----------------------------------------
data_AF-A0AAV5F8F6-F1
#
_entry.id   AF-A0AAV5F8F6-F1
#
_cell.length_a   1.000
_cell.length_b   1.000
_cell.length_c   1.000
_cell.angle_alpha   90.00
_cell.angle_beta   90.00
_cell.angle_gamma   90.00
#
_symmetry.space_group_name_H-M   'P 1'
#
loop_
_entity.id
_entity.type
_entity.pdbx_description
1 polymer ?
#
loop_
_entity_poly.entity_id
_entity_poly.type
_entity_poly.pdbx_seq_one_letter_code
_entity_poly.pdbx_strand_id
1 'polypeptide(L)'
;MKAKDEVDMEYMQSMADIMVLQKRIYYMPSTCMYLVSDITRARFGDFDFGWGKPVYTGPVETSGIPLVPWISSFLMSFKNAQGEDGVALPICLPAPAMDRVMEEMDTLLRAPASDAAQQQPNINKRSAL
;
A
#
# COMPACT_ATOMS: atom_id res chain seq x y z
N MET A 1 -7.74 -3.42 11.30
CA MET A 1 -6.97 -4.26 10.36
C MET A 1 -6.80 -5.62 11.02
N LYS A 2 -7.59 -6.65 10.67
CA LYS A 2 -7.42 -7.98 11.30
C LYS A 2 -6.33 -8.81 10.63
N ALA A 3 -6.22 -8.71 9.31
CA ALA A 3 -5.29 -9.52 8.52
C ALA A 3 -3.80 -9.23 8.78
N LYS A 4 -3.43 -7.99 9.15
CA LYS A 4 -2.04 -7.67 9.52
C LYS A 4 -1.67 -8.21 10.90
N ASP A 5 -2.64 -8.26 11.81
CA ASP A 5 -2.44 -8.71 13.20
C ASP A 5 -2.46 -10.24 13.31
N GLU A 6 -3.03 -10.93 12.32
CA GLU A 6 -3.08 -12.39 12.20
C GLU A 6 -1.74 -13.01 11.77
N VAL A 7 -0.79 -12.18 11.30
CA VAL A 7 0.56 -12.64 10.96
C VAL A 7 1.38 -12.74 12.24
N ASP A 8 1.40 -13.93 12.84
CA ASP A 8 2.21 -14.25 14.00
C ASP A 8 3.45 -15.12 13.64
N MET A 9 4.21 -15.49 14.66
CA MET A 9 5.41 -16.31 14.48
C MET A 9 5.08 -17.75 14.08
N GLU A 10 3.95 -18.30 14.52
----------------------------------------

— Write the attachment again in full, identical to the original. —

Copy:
data_AF-A0AAV5F8F6-F1
#
_entry.id   AF-A0AAV5F8F6-F1
#
_cell.length_a   1.000
_cell.length_b   1.000
_cell.length_c   1.000
_cell.angle_alpha   90.00
_cell.angle_beta   90.00
_cell.angle_gamma   90.00
#
_symmetry.space_group_name_H-M   'P 1'
#
loop_
_entity.id
_entity.type
_entity.pdbx_description
1 polymer ?
#
loop_
_entity_poly.entity_id
_entity_poly.type
_entity_poly.pdbx_seq_one_letter_code
_entity_poly.pdbx_strand_id
1 'polypeptide(L)'
;MKAKDEVDMEYMQSMADIMVLQKRIYYMPSTCMYLVSDITRARFGDFDFGWGKPVYTGPVETSGIPLVPWISSFLMSFKNAQGEDGVALPICLPAPAMDRVMEEMDTLLRAPASDAAQQQPNINKRSAL
;
A
#
# COMPACT_ATOMS: atom_id res chain seq x y z
N MET A 1 -7.74 -3.42 11.30
CA MET A 1 -6.97 -4.26 10.36
C MET A 1 -6.80 -5.62 11.02
N LYS A 2 -7.59 -6.65 10.67
CA LYS A 2 -7.42 -7.98 11.30
C LYS A 2 -6.33 -8.81 10.63
N ALA A 3 -6.22 -8.71 9.31
CA ALA A 3 -5.29 -9.52 8.52
C ALA A 3 -3.80 -9.23 8.78
N LYS A 4 -3.43 -7.99 9.15
CA LYS A 4 -2.04 -7.67 9.52
C LYS A 4 -1.67 -8.21 10.90
N ASP A 5 -2.64 -8.26 11.81
CA ASP A 5 -2.44 -8.71 13.20
C ASP A 5 -2.46 -10.24 13.31
N GLU A 6 -3.03 -10.93 12.32
CA GLU A 6 -3.08 -12.39 12.20
C GLU A 6 -1.74 -13.01 11.77
N VAL A 7 -0.79 -12.18 11.30
CA VAL A 7 0.56 -12.64 10.96
C VAL A 7 1.38 -12.74 12.24
N ASP A 8 1.40 -13.93 12.84
CA ASP A 8 2.21 -14.25 14.00
C ASP A 8 3.45 -15.12 13.64
N MET A 9 4.21 -15.49 14.66
CA MET A 9 5.41 -16.31 14.48
C MET A 9 5.08 -17.75 14.08
N GLU A 10 3.95 -18.30 14.52